There are not many Christmas movies in our library, I only found The Holiday and Elf. I hope to rectify that with ebay when we are back in the states. I did make fudge to share with our new friends and we have on occasion filled the air with Christmas music. I miss playing the music on my piano (thank you Jen, Jody and the girls for taking care of it in our absence). It is hard to pick a favorite carol, but I am partial to Angels We Have Heard on High, O Holy Night, and The First Noel. I was thinking about the lyrics to the last one "…Noel, noel, born is the King of Israel…" and the scriptures that support such words in Zechariah 9:9 and Matthew 2:2. We are so thankful to God that He did indeed render goodwill toward men and give us peace with Him through Jesus. Jesus has yet to return to take His Throne in Jerusalem. We long for that day, for then there will truly be peace on earth.
May the blessing of Christmas touch your heart as we celebrate that Holy Night, O Night Divine!
Love to all,

Posted via Cell.

Friday, December 21, 2012

Not Alone in Our Hidey Hole

Today we made 173 gallons of water today while we motor-sailed southeast. Water quality started at 166 parts per million and finished up at 155 parts per million. We like our water!

Our Hidey Hole is no big secret: Big Majors, aka 'Pigs Beach.' We are tucked in near Fowl Cay in anticipation of the northwest winds - they should be here in about two hours, after dark of course. I can see the squalls delineating the approaching cold front. All day we have had 15 knots out of the southwest, which has made this anchorage unpleasant. However we, and the other 28 boats anchored in here, will tolerate this misery to be better positioned when the real winds come. We dove the anchor and inspected the hull of Hold Fast. The anchor dug in, as expected. That copper/epoxy bottom job is holding up well, but two months is too soon to come to a conclusion. I know swimming sounds awful to our friends and family in the grip of winter - sorry. The water here is 80 degrees and the air is in the 80's. I am sure we will feel a chill very shortly.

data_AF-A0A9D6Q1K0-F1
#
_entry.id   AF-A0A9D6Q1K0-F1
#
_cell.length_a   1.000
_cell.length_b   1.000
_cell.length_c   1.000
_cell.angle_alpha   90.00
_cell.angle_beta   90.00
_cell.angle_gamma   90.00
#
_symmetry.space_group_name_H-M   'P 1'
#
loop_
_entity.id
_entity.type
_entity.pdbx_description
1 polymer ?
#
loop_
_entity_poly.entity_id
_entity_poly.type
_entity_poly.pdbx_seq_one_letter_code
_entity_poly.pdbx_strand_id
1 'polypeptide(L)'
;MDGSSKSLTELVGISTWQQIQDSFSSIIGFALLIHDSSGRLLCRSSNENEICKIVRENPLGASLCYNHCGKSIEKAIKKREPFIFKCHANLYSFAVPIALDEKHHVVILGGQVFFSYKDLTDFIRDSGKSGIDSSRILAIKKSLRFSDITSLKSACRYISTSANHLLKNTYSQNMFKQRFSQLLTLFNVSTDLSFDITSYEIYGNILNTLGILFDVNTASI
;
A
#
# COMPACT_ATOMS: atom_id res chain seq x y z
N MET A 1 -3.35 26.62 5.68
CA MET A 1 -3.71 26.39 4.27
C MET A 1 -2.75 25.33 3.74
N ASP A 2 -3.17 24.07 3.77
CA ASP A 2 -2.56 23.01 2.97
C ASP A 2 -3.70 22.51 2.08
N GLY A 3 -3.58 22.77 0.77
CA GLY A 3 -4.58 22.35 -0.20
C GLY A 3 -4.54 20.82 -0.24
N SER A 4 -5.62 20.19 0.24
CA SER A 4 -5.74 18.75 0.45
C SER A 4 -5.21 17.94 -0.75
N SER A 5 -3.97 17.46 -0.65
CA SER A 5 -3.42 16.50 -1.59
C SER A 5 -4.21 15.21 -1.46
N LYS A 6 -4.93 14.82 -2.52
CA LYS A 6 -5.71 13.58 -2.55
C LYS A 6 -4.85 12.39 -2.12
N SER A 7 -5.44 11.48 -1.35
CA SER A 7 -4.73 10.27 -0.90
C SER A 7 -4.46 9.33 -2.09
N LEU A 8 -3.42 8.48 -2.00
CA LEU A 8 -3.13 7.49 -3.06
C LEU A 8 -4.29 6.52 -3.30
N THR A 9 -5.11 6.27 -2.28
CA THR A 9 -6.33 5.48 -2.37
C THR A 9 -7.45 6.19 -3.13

The dinghy has been tied on the deck since we left MOW Cay. In other words, even though we are in sight of shore each evening, we have not left the boat. Neither of us has felt the need. I doubt we will launch the dinghy before Sunday since the strong winds will be with us for the next 24 to 36 hours. It does not bother us, especially if we can go for a swim. We are at least a quarter mile from where the pigs swim, I have no fear of them joining us on a swim!

Thank you for your prayers. We are praying that the pressure of the holiday season does not consume your joy!

Love to all,

Posted via Cell.

Thursday, December 20, 2012

Outside Norman's

It was a peaceful stay at Royal Island, a great opportunity to catch up on rest. Still, we got up pre-dawn, listened to weather and set sail to the Exumas. A couple of things were different this year. Last year we hardly saw another vessel. This year it was a full on traffic jam at the Fleming Channel. At least six boats converged on the channel, three were fishing in the channel. We all gave way to the ferry boat, mass has a way of winning that argument. As we dodged coral heads in the middle grounds, two cats joined up with us from the Current Cut side, then more boats coming from Nassau. We were having such a fantastic sail that we skipped past Ship Cay toward Allen's Cay. I spied ten masts in Allen's Cay. Much too crowded so we sailed past there as well. By 4 pm we were anchored off our little safe haven hills on the west side of Norman's Cay. Last year we motored or motor-sailed all these miles. Today the sailing was so enjoyable that we did not turn on the engine to make water as originally planned.
Tomorrow the weather will change and we will be looking for a place to hide from northerlies. We appreciate your prayers for us to find a safe hidey-hole.
Love to all,

Posted via WiFi.

Wednesday, December 19, 2012

Royal Harbour

Although the direction was the same, this mornings forecast called for winds at only 10 knots, much lighter than we wanted. We dreaded a motor boat ride. Forecast schmorecast. We had a great sailing day and the winds were 15 to 20 knots. We caught a sierra mackerel a few miles out of the Little Harbor Channel. To God be the glory!!